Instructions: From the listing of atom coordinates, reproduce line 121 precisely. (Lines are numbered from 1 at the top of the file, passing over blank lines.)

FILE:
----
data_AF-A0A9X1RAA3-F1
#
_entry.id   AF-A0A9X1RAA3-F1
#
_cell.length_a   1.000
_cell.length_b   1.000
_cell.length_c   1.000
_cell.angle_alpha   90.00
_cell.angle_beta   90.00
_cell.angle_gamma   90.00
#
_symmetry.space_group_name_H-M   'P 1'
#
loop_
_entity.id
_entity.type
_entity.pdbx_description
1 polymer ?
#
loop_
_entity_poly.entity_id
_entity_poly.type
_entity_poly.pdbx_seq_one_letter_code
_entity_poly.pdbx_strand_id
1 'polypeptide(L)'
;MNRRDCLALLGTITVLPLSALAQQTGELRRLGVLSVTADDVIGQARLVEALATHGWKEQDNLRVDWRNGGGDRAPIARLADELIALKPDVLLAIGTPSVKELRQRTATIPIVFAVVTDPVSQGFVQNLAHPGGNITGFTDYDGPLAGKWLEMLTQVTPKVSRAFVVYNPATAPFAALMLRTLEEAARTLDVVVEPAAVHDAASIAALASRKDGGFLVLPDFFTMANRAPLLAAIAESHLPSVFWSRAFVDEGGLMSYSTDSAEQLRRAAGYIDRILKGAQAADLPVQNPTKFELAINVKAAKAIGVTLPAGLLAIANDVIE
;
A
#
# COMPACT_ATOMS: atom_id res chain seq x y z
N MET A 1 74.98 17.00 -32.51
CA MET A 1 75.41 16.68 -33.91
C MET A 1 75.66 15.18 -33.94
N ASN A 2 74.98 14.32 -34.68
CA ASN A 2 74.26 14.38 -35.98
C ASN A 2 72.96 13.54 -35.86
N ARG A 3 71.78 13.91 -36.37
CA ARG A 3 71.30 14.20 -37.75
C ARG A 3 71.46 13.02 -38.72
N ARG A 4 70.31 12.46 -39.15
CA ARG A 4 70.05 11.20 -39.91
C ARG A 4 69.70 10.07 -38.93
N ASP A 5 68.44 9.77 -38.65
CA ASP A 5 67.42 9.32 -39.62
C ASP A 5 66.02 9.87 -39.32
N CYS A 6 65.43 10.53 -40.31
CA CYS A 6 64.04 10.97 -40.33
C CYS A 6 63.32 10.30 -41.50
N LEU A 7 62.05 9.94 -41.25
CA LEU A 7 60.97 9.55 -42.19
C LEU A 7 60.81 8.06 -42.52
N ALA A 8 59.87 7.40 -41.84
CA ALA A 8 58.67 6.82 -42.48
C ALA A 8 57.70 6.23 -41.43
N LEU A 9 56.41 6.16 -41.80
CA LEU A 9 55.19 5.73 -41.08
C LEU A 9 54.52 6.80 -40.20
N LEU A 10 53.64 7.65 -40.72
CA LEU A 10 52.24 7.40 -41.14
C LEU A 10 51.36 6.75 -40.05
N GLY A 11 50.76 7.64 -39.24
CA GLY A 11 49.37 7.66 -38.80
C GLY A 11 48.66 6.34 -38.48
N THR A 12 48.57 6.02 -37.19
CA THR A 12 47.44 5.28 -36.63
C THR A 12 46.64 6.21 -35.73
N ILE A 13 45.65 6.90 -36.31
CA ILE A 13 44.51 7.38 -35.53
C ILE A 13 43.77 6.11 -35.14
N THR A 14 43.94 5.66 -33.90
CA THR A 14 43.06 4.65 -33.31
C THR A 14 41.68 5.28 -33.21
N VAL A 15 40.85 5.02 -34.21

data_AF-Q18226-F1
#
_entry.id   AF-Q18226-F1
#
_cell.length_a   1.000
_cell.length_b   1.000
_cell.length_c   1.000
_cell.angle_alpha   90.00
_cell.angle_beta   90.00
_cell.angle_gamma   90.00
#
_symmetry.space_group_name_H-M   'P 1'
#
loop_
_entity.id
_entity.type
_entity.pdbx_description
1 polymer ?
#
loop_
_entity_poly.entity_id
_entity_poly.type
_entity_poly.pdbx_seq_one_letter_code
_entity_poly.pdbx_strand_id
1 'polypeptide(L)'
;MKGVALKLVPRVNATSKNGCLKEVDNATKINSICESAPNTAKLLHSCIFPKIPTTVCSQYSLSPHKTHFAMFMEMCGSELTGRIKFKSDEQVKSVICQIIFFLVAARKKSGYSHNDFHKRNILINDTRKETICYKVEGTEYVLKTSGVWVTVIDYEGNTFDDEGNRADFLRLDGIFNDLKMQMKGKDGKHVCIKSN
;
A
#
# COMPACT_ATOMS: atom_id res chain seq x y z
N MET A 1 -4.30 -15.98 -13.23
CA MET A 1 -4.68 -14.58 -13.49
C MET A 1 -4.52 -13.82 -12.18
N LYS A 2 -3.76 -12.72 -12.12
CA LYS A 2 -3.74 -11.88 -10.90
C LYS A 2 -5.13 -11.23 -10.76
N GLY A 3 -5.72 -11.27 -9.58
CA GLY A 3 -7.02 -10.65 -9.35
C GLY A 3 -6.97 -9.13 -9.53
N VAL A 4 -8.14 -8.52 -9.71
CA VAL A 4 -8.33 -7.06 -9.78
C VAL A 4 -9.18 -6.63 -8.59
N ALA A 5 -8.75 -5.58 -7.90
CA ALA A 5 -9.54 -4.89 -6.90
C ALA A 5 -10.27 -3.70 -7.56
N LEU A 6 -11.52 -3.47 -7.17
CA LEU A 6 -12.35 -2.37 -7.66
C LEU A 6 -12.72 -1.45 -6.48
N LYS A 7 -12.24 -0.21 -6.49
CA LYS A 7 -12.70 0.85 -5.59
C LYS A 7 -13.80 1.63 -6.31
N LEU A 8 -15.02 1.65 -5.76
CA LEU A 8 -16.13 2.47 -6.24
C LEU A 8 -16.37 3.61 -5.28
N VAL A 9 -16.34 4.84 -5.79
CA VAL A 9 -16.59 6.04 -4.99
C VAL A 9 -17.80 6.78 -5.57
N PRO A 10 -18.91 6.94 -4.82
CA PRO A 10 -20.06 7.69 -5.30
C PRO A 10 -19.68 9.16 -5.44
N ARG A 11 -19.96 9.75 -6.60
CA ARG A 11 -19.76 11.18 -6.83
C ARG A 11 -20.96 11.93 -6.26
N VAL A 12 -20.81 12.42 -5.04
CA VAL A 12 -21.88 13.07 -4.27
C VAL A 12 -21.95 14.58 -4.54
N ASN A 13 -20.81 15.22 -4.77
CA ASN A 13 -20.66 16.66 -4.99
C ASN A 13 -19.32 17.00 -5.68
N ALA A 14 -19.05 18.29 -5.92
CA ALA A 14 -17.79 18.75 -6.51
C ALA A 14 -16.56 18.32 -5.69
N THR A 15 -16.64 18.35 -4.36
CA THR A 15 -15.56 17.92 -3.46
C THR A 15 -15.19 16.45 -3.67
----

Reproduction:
C LEU A 6 -12.72 -1.45 -6.48